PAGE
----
More and more Native young people are living within traditional religions, one ceremony at a time.
Native sacred places and salmon remain viable, despite the best efforts of government and developers to destroy them.
So, hail, cvkvlv. Hail, blue butterflies. Hail, all the formerly extinct living beings that refuse to die and stay dead. Never give up on anyone.
Suzan Shown Harjo, Cheyenne and Hodulgee Muscogee, is president of the Morning Star Institute in Washington, D.C., and a columnist for Indian Country Today.
So wherever you are on this day, know that what matters, what has meaning will continue to emerge when we need it.
Radio Interview with Galway Kinnell, Lawrence Ferlingetti and me will be aired at 2 PM (PDT) on Saturday, May 14. It can be heard live on your computer at www.kclu.org, or on 102.3 FM in Santa Barbara and 88.3 FM in Ventura.
A reminder: May 17th
JOIN GARRISON KEILLOR
as he hosts a brand new series:
he's invited an outstanding group
of American writers to talk about
their friendships with one another—and with one another's work—in front of a live audience. The series promises to be sparkling, enlightening, and possibly contentious.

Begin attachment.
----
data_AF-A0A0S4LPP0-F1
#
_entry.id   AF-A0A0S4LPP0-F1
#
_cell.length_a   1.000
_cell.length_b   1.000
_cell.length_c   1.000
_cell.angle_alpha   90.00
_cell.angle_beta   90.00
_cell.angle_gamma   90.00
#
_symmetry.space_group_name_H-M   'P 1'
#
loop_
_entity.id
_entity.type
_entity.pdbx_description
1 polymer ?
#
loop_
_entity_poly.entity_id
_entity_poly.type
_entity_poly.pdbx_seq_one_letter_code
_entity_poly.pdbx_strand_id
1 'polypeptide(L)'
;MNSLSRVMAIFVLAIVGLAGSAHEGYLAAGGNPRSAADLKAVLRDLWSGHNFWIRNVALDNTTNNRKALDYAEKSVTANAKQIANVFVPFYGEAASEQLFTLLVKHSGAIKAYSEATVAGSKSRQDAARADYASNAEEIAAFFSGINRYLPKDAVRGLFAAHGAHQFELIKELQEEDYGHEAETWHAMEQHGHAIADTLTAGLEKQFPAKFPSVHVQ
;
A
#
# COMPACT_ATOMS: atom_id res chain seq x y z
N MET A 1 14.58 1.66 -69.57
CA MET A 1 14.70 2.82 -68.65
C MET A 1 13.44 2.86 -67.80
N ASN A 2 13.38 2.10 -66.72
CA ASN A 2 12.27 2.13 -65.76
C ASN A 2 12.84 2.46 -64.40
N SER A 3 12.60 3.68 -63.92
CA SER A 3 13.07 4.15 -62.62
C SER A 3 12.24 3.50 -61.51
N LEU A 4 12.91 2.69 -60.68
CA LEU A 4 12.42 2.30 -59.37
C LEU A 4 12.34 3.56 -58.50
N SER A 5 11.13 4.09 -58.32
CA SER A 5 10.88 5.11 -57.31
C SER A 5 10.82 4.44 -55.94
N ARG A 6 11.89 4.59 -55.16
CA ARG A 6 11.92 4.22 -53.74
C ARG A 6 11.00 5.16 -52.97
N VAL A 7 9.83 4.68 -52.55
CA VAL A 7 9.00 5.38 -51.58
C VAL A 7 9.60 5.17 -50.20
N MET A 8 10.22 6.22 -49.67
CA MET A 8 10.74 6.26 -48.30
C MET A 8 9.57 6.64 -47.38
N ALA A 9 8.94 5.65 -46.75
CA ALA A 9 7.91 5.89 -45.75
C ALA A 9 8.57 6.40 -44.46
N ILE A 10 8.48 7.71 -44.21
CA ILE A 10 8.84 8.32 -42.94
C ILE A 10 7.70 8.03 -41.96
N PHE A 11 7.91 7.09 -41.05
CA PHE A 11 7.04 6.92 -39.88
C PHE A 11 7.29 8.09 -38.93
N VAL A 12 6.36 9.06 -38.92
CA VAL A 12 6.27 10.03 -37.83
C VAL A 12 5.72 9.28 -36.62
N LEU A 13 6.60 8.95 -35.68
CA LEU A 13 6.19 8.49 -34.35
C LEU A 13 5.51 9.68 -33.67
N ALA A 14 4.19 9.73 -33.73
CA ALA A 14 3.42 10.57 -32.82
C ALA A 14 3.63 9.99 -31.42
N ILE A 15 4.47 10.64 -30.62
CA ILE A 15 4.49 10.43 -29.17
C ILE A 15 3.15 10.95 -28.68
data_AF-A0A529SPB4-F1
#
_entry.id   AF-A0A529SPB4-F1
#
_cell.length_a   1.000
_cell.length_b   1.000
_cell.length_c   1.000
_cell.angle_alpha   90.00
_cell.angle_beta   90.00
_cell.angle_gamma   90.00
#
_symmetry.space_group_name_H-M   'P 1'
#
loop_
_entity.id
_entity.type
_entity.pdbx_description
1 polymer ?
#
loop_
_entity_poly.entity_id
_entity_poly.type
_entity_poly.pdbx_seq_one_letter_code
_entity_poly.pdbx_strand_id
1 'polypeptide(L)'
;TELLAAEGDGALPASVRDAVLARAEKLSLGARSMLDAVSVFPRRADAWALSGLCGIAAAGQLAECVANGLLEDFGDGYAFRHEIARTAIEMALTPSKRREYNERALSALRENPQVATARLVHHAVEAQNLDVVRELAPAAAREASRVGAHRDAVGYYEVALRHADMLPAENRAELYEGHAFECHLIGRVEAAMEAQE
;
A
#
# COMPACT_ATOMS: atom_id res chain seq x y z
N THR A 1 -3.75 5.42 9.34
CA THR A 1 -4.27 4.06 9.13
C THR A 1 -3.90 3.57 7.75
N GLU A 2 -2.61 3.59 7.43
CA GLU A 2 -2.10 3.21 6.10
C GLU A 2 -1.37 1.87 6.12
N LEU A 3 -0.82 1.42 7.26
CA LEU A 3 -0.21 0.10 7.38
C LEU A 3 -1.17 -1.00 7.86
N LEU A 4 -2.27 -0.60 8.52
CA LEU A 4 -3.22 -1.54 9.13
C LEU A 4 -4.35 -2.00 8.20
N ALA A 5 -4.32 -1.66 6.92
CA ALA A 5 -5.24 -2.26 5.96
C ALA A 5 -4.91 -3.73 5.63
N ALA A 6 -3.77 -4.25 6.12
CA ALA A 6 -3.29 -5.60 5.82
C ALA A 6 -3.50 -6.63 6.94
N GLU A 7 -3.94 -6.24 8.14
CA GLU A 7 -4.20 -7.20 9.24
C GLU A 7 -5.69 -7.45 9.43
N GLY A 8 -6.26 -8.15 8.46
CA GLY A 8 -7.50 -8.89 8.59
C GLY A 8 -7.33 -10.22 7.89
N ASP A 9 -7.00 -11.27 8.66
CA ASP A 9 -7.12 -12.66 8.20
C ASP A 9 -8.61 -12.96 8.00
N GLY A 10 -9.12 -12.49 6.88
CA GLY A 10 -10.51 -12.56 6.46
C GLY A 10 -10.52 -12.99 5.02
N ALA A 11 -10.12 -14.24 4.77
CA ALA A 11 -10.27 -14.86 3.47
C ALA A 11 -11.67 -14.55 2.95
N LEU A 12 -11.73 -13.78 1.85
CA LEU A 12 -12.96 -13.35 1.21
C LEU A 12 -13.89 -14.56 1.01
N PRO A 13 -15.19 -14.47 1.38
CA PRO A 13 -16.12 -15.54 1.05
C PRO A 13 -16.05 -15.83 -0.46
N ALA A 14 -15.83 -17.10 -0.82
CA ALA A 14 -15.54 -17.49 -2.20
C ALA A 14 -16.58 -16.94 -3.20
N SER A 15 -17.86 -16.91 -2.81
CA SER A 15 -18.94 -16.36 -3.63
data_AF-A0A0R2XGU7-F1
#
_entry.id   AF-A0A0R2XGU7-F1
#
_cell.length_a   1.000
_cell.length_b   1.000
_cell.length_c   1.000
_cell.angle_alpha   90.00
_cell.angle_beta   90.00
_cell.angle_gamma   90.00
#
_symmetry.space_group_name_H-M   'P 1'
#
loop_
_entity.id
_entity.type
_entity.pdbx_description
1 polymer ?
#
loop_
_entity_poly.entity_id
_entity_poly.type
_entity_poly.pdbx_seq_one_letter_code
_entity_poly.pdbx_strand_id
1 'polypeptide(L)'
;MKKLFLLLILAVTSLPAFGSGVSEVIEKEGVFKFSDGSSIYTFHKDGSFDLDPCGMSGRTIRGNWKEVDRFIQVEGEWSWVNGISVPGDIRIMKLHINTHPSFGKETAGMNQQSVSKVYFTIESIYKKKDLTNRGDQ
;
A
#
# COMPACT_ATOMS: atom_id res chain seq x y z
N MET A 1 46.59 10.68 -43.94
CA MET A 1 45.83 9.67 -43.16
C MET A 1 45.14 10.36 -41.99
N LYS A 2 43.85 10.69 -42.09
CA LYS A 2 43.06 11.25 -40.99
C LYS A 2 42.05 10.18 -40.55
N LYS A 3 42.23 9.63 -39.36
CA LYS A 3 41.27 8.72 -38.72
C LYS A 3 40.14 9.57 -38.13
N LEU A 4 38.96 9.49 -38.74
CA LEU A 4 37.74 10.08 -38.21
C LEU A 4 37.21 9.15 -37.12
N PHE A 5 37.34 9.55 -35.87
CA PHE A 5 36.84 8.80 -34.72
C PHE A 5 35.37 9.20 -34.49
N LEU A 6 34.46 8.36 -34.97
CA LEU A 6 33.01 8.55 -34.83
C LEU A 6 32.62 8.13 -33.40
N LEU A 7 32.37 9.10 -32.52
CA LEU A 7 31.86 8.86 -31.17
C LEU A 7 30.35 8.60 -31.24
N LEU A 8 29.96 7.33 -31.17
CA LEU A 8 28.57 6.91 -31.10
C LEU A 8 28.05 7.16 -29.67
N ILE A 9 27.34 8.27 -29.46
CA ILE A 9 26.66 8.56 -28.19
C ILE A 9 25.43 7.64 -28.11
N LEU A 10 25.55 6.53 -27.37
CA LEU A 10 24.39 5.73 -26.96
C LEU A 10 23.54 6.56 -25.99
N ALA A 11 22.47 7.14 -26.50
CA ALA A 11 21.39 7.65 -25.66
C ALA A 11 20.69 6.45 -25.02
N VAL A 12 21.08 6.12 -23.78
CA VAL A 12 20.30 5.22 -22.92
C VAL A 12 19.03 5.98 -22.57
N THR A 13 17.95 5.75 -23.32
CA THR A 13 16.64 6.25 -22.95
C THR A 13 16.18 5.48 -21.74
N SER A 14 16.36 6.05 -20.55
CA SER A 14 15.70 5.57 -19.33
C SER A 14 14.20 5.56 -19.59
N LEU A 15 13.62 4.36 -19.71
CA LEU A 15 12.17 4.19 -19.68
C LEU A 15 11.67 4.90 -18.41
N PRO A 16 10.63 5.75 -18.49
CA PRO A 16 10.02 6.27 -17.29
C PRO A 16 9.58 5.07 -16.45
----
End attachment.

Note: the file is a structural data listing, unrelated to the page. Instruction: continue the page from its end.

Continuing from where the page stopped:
What really happens when two writers become friends? Literary Friendships features poets, mystery writers, and Pulitzer Prize-winning novelists exploring the solitude of writing and the company of friendship.
Sandra Cisneros and Joy Harjo
Tuesday, May 17, 2005
Met in graduate school and became fierce allies
Sandra Cisneros and Joy Harjo met in graduate school in the 1970s at the Iowa Writers' Workshop, where both faced extreme skepticism from their teachers and peers: a poetry professor actually refused to include their work in class discussions. Cisneros and Harjo became allies, supporting and encouraging each other and each other's work. A novelist, poet, and MacArthur Fellow, Cisneros' many books include the best-selling The House on Mango Street, which is now required reading in classrooms around the country. She lives in San Antonio, Texas. Harjo, an Oklahoma-born member of the Muskogee tribe, is a poet and saxophonist with the band Poetic Justice. She has received the Lifetime Achievement Award from the Native Writers Circle of the Americas. Her books of poetry include, most recently, How We Became Human: Selected Poems. She lives in Hawaii.